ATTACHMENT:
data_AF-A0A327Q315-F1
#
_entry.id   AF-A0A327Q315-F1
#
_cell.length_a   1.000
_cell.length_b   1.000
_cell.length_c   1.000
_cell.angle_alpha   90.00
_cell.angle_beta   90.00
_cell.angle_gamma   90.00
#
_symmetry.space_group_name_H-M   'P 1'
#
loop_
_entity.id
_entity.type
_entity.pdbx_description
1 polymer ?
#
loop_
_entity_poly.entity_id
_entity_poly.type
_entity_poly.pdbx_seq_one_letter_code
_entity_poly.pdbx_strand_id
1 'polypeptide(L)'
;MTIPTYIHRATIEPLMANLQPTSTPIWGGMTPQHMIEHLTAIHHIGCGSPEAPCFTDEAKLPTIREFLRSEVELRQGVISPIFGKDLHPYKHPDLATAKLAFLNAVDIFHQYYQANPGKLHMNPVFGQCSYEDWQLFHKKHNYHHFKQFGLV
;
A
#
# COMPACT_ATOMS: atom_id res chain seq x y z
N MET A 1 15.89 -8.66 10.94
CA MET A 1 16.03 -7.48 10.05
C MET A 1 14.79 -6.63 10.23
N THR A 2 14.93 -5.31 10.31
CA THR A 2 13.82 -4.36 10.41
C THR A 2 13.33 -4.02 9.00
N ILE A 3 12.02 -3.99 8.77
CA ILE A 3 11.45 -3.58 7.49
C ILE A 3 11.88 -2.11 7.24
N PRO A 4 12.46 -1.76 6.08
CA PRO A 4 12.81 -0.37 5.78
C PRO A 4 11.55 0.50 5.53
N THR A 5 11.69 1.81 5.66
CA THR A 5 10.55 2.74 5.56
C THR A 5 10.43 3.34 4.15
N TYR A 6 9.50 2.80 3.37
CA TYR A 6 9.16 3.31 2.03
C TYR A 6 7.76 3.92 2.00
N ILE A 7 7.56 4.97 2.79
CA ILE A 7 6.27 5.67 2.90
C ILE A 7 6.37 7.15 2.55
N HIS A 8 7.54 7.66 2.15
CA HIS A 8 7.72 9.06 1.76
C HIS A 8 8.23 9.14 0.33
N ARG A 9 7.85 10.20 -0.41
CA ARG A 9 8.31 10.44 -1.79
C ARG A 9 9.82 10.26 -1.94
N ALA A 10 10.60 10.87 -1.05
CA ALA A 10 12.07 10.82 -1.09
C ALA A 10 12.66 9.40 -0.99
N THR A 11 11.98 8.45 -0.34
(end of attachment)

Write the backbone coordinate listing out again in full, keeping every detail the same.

data_AF-A0A327Q315-F1
#
_entry.id   AF-A0A327Q315-F1
#
_cell.length_a   1.000
_cell.length_b   1.000
_cell.length_c   1.000
_cell.angle_alpha   90.00
_cell.angle_beta   90.00
_cell.angle_gamma   90.00
#
_symmetry.space_group_name_H-M   'P 1'
#
loop_
_entity.id
_entity.type
_entity.pdbx_description
1 polymer ?
#
loop_
_entity_poly.entity_id
_entity_poly.type
_entity_poly.pdbx_seq_one_letter_code
_entity_poly.pdbx_strand_id
1 'polypeptide(L)'
;MTIPTYIHRATIEPLMANLQPTSTPIWGGMTPQHMIEHLTAIHHIGCGSPEAPCFTDEAKLPTIREFLRSEVELRQGVISPIFGKDLHPYKHPDLATAKLAFLNAVDIFHQYYQANPGKLHMNPVFGQCSYEDWQLFHKKHNYHHFKQFGLV
;
A
#
# COMPACT_ATOMS: atom_id res chain seq x y z
N MET A 1 15.89 -8.66 10.94
CA MET A 1 16.03 -7.48 10.05
C MET A 1 14.79 -6.63 10.23
N THR A 2 14.93 -5.31 10.31
CA THR A 2 13.82 -4.36 10.41
C THR A 2 13.33 -4.02 9.00
N ILE A 3 12.02 -3.99 8.77
CA ILE A 3 11.45 -3.58 7.49
C ILE A 3 11.88 -2.11 7.24
N PRO A 4 12.46 -1.76 6.08
CA PRO A 4 12.81 -0.37 5.78
C PRO A 4 11.55 0.50 5.53
N THR A 5 11.69 1.81 5.66
CA THR A 5 10.55 2.74 5.56
C THR A 5 10.43 3.34 4.15
N TYR A 6 9.50 2.80 3.37
CA TYR A 6 9.16 3.31 2.03
C TYR A 6 7.76 3.92 2.00
N ILE A 7 7.56 4.97 2.79
CA ILE A 7 6.27 5.67 2.90
C ILE A 7 6.37 7.15 2.55
N HIS A 8 7.54 7.66 2.15
CA HIS A 8 7.72 9.06 1.76
C HIS A 8 8.23 9.14 0.33
N ARG A 9 7.85 10.20 -0.41
CA ARG A 9 8.31 10.44 -1.79
C ARG A 9 9.82 10.26 -1.94
N ALA A 10 10.60 10.87 -1.05
CA ALA A 10 12.07 10.82 -1.09
C ALA A 10 12.66 9.40 -0.99
N THR A 11 11.98 8.45 -0.34